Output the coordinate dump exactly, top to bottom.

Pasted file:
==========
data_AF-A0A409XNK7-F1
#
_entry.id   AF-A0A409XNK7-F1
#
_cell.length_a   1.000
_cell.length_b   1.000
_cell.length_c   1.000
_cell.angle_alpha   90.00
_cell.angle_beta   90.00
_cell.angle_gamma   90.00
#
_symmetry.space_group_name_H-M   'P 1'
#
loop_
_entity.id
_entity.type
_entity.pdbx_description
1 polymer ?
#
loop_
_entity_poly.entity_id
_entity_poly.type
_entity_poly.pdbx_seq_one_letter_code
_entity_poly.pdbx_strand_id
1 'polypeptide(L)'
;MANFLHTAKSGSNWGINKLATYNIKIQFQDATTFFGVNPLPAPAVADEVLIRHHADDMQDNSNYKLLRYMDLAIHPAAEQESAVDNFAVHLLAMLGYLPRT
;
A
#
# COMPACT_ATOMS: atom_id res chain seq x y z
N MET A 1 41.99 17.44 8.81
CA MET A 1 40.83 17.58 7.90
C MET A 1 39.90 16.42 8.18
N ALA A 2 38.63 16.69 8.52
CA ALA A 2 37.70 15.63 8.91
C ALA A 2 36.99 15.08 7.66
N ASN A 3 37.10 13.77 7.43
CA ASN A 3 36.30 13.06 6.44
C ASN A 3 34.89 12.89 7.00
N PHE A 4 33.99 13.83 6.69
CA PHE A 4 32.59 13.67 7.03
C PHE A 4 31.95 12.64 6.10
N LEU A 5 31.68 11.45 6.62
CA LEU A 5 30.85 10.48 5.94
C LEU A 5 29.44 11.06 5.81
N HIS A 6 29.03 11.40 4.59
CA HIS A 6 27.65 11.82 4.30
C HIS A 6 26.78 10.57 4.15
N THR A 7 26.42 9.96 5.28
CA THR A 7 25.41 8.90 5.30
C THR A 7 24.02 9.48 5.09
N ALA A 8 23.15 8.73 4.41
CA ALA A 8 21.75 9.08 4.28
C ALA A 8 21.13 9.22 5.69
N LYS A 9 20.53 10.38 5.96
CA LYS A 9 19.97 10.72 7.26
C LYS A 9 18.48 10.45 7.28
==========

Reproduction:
data_AF-A0A409XNK7-F1
#
_entry.id   AF-A0A409XNK7-F1
#
_cell.length_a   1.000
_cell.length_b   1.000
_cell.length_c   1.000
_cell.angle_alpha   90.00
_cell.angle_beta   90.00
_cell.angle_gamma   90.00
#
_symmetry.space_group_name_H-M   'P 1'
#
loop_
_entity.id
_entity.type
_entity.pdbx_description
1 polymer ?
#
loop_
_entity_poly.entity_id
_entity_poly.type
_entity_poly.pdbx_seq_one_letter_code
_entity_poly.pdbx_strand_id
1 'polypeptide(L)'
;MANFLHTAKSGSNWGINKLATYNIKIQFQDATTFFGVNPLPAPAVADEVLIRHHADDMQDNSNYKLLRYMDLAIHPAAEQESAVDNFAVHLLAMLGYLPRT
;
A
#
# COMPACT_ATOMS: atom_id res chain seq x y z
N MET A 1 41.99 17.44 8.81
CA MET A 1 40.83 17.58 7.90
C MET A 1 39.90 16.42 8.18
N ALA A 2 38.63 16.69 8.52
CA ALA A 2 37.70 15.63 8.91
C ALA A 2 36.99 15.08 7.66
N ASN A 3 37.10 13.77 7.43
CA ASN A 3 36.30 13.06 6.44
C ASN A 3 34.89 12.89 7.00
N PHE A 4 33.99 13.83 6.69
CA PHE A 4 32.59 13.67 7.03
C PHE A 4 31.95 12.64 6.10
N LEU A 5 31.68 11.45 6.62
CA LEU A 5 30.85 10.48 5.94
C LEU A 5 29.44 11.06 5.81
N HIS A 6 29.03 11.40 4.59
CA HIS A 6 27.65 11.82 4.30
C HIS A 6 26.78 10.57 4.15
N THR A 7 26.42 9.96 5.28
CA THR A 7 25.41 8.90 5.30
C THR A 7 24.02 9.48 5.09
N ALA A 8 23.15 8.73 4.41
CA ALA A 8 21.75 9.08 4.28
C ALA A 8 21.13 9.22 5.69
N LYS A 9 20.53 10.38 5.96
CA LYS A 9 19.97 10.72 7.26
C LYS A 9 18.48 10.45 7.28